There is nothing that I find more fascinating than a fabulous new technique to attract customers to buy a product and induce – and sometimes even compel – customer loyalty. That is what I call brilliant marketing. And every now and then I see an example that makes me say, “Now that was a brilliant idea!”
Let’s start with mainframe software. I am of course referring to the real mainframes (not the ones that claim to be mainframe-like) – specifically, these are the ones built to run with the IBM z/OS (MVS heritage) mainframe platform. Clearly there is some brilliance in the terrific capabilities that the software provides, but that’s not my focus here. The real brilliance is the fact that customers get hooked on the platform, and the software that is charged on a monthly license fee translates into an annuity stream for IBM long after the product is sold. Each time a new mainframe is sold, even into an existing account, it extends that annuity stream longer. Brilliant.
The Mobil Speedpass is another great example. That little plastic widget on my keychain probably cost very little for Mobil to implement, but because it is there I look for Mobil stations to stop at even if the gas costs a few cents more per gallon. Why? They made it very easy for me. I don’t need cash, and I don’t need to get a credit card out. I just swipe, pump and go. Brilliant.
Amazon has what might be the best example of online loyalty marketing that I have ever seen. Their ‘recommendations’ have often caused me to purchase a book that I had no idea I needed. A lesser-hyped marketing play in their arsenal is their Amazon Prime membership where (for $79 per year) you can get unlimited free second day UPS shipping. This appeals to both the need for instant gratification (my packages often arrive the very next day) and the practical. If you make more than a handful of purchases a year this is well worth it. I go to Amazon first because I’ve already paid for the shipping. Brilliant.
Next we come to Apple’s genius around the iPod and iTunes. The iPod was coveted for it’s sleek design and usability, but it’s really iTunes that was the magic here. Providing a superior platform to download, organize and play music is what (in my opinion) drove iPod to the number one spot in the MP3 market. And then… wait for it… the business model feeds on itself – as people download more music, they need iPods with more capacity. Podcasts and videos made available via iTunes all drove the need for more capacity, driving more iPod sales. This one is not just brilliant – it’s pure genius.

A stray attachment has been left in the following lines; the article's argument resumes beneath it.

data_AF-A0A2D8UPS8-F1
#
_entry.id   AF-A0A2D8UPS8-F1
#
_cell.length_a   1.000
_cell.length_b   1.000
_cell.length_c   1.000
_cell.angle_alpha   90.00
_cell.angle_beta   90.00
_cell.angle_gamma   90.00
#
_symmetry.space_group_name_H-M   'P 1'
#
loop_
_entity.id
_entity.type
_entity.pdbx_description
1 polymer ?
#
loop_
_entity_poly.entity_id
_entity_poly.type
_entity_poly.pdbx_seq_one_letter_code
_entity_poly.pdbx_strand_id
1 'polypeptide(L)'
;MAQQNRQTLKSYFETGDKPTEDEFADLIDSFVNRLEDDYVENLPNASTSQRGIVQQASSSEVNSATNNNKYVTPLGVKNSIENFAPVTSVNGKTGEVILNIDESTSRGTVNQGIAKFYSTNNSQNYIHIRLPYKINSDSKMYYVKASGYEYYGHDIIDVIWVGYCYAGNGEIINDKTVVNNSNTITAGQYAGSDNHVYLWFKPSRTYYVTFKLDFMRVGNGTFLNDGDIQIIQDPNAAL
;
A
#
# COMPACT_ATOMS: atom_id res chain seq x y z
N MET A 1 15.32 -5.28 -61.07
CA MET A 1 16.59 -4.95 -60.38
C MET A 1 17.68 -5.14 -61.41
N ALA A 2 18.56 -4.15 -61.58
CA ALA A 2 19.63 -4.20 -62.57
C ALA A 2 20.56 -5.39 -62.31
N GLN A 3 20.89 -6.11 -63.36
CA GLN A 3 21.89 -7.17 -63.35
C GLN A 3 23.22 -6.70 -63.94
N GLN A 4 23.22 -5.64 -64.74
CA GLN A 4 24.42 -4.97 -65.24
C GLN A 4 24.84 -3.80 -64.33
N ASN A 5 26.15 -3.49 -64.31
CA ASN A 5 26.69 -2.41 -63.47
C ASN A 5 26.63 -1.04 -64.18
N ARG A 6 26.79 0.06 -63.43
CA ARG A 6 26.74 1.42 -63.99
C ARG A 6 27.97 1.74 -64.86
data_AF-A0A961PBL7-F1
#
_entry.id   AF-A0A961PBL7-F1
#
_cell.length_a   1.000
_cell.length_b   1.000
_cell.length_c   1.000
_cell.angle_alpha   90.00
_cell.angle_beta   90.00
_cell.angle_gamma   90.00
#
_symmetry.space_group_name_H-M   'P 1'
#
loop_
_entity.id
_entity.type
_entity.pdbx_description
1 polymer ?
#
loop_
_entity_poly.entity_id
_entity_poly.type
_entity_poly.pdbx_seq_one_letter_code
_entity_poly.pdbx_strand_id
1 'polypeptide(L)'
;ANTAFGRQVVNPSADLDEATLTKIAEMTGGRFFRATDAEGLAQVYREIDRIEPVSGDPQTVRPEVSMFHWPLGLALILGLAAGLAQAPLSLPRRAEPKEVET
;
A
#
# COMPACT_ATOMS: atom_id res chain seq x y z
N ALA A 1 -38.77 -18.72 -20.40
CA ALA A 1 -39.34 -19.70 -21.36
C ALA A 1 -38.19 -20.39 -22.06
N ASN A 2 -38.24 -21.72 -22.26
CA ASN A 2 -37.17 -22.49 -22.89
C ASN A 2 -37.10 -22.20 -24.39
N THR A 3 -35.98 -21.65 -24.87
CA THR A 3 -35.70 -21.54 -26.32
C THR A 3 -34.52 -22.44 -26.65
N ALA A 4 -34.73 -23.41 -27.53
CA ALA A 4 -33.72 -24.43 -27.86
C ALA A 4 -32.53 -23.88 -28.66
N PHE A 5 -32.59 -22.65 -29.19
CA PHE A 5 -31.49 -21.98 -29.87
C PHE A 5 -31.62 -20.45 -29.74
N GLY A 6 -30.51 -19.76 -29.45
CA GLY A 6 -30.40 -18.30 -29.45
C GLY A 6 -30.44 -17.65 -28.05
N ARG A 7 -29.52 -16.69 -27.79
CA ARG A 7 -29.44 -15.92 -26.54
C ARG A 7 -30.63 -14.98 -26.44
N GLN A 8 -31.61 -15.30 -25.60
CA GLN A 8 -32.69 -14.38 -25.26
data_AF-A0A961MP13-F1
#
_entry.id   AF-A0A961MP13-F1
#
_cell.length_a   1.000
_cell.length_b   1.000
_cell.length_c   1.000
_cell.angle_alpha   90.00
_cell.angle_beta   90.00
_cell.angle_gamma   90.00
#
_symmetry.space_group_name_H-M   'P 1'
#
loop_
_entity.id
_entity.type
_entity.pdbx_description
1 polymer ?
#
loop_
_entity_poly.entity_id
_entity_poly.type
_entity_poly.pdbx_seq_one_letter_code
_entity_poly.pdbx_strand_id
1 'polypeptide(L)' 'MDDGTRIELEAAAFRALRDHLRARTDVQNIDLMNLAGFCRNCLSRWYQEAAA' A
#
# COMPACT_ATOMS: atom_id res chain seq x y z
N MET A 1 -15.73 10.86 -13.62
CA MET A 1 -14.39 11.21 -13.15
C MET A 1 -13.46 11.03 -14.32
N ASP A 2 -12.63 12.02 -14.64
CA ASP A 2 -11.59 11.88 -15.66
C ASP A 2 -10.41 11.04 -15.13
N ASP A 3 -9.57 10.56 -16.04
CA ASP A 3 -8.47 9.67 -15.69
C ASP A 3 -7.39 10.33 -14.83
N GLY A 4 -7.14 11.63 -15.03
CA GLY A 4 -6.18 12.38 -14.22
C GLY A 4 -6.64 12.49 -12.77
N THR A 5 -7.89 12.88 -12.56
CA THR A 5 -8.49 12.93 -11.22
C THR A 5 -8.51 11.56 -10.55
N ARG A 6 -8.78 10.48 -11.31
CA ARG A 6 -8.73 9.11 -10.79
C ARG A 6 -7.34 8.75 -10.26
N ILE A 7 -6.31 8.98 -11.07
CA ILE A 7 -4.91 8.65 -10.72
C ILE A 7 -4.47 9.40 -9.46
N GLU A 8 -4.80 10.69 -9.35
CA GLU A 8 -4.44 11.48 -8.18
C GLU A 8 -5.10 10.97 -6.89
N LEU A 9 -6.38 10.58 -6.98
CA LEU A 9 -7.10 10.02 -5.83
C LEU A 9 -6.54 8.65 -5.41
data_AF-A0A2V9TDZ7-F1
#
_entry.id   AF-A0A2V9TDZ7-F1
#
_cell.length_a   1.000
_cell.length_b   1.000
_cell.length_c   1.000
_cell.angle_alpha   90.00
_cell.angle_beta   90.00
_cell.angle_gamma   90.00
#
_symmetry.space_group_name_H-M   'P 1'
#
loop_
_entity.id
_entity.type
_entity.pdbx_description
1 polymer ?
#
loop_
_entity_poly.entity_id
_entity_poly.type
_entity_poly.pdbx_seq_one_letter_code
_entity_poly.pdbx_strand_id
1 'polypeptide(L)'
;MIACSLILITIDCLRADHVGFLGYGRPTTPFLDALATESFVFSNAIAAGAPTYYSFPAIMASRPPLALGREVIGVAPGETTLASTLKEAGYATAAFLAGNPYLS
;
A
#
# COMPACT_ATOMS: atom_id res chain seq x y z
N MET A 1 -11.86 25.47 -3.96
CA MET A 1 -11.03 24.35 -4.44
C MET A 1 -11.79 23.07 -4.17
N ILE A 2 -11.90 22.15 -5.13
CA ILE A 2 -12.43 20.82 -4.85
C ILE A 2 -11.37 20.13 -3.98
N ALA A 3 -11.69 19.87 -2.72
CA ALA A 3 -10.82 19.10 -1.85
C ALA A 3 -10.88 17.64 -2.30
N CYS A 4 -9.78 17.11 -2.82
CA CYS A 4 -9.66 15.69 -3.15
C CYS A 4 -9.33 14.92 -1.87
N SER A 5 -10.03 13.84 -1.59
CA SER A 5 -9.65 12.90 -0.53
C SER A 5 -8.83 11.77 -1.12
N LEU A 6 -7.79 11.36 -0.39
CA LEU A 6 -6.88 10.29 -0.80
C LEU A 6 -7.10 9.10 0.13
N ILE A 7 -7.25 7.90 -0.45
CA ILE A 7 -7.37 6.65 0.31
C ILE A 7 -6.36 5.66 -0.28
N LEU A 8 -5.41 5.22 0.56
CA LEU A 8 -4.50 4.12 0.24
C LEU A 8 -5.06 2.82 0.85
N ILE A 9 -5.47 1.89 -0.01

So what then is the next brilliant marketing idea? Will we see one with the eBook readers? Amazon made an attempt with the Kindle. They had the e-reader market to themselves for a couple of years, and even attempted to get people hooked on the technology by taking a loss on Kindle book sales. Barnes and Noble entered the market this year with the Nook. Both are attempting to compete on feature/function with what I will call ‘near-proprietary’ platforms. Amazon and Barnes and Noble are approaching this as a book war. Tie the book sales to the technology and get them hooked; he who sells the most technology will ultimately sell the most books. But are they sacrificing the pawns too soon?
Enter the iPad. What’s different here? Let’s start with the fact that Apple is not in the bookselling business. They aren’t selling just another e-book reader. The jury is out, but I suspect that we are going to see a kick-ass business model that is all about the data. And like the iPod, more data drives the need for more capacity, which in turn drives the technology sales. Is this about selling books? I doubt if Steve Jobs thinks it is. It doesn’t matter where the content comes from – the more books and more data the better. And while Amazon and Barnes and Noble are fighting about who is going to win the electronic book reader war, I predict that the iPad is going to be all about data, and data integration (music, text, video…), and integrating data and applications. Gee, I’m almost talking myself into wanting one!
What do you think? Can Apple ratchet up their brilliant marketing yet another notch? What’s your top example of brilliant marketing, and will we see one with the iPad?